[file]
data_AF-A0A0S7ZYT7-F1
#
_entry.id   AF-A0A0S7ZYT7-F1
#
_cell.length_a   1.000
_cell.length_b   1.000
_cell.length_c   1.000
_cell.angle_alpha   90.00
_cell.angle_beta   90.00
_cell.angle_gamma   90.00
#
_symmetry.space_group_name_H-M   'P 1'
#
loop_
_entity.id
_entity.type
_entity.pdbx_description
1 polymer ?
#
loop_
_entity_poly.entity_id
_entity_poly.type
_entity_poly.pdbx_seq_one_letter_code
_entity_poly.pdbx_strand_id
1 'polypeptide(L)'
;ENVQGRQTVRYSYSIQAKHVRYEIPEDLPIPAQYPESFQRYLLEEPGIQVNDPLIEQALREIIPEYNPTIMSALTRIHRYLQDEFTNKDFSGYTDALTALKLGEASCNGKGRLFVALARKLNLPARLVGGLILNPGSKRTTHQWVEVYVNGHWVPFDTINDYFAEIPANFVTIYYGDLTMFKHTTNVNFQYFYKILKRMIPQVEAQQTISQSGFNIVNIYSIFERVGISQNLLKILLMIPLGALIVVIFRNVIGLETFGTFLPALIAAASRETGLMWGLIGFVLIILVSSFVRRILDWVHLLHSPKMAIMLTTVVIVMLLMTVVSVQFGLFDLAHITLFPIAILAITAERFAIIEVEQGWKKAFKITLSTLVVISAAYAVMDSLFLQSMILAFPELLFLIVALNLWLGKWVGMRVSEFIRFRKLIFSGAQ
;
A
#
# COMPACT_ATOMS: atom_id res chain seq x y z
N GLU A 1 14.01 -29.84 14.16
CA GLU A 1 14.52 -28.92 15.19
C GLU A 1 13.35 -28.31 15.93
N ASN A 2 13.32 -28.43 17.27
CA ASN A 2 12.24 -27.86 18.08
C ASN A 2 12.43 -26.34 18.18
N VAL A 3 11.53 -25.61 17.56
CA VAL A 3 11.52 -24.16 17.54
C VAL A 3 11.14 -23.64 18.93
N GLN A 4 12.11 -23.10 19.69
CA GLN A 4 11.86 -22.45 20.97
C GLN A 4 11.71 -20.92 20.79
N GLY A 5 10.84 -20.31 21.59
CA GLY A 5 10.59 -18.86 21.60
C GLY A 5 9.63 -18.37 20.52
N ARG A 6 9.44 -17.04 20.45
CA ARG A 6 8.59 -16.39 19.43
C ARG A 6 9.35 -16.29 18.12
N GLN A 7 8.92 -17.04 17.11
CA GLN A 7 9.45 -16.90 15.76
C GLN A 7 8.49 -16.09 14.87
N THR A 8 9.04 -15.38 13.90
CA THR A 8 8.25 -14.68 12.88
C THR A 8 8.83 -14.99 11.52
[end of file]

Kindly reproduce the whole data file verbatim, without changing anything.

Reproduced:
data_AF-A0A0S7ZYT7-F1
#
_entry.id   AF-A0A0S7ZYT7-F1
#
_cell.length_a   1.000
_cell.length_b   1.000
_cell.length_c   1.000
_cell.angle_alpha   90.00
_cell.angle_beta   90.00
_cell.angle_gamma   90.00
#
_symmetry.space_group_name_H-M   'P 1'
#
loop_
_entity.id
_entity.type
_entity.pdbx_description
1 polymer ?
#
loop_
_entity_poly.entity_id
_entity_poly.type
_entity_poly.pdbx_seq_one_letter_code
_entity_poly.pdbx_strand_id
1 'polypeptide(L)'
;ENVQGRQTVRYSYSIQAKHVRYEIPEDLPIPAQYPESFQRYLLEEPGIQVNDPLIEQALREIIPEYNPTIMSALTRIHRYLQDEFTNKDFSGYTDALTALKLGEASCNGKGRLFVALARKLNLPARLVGGLILNPGSKRTTHQWVEVYVNGHWVPFDTINDYFAEIPANFVTIYYGDLTMFKHTTNVNFQYFYKILKRMIPQVEAQQTISQSGFNIVNIYSIFERVGISQNLLKILLMIPLGALIVVIFRNVIGLETFGTFLPALIAAASRETGLMWGLIGFVLIILVSSFVRRILDWVHLLHSPKMAIMLTTVVIVMLLMTVVSVQFGLFDLAHITLFPIAILAITAERFAIIEVEQGWKKAFKITLSTLVVISAAYAVMDSLFLQSMILAFPELLFLIVALNLWLGKWVGMRVSEFIRFRKLIFSGAQ
;
A
#
# COMPACT_ATOMS: atom_id res chain seq x y z
N GLU A 1 14.01 -29.84 14.16
CA GLU A 1 14.52 -28.92 15.19
C GLU A 1 13.35 -28.31 15.93
N ASN A 2 13.32 -28.43 17.27
CA ASN A 2 12.24 -27.86 18.08
C ASN A 2 12.43 -26.34 18.18
N VAL A 3 11.53 -25.61 17.56
CA VAL A 3 11.52 -24.16 17.54
C VAL A 3 11.14 -23.64 18.93
N GLN A 4 12.11 -23.10 19.69
CA GLN A 4 11.86 -22.45 20.97
C GLN A 4 11.71 -20.92 20.79
N GLY A 5 10.84 -20.31 21.59
CA GLY A 5 10.59 -18.86 21.60
C GLY A 5 9.63 -18.37 20.52
N ARG A 6 9.44 -17.04 20.45
CA ARG A 6 8.59 -16.39 19.43
C ARG A 6 9.35 -16.29 18.12
N GLN A 7 8.92 -17.04 17.11
CA GLN A 7 9.45 -16.90 15.76
C GLN A 7 8.49 -16.09 14.87
N THR A 8 9.04 -15.38 13.90
CA THR A 8 8.25 -14.68 12.88
C THR A 8 8.83 -14.99 11.52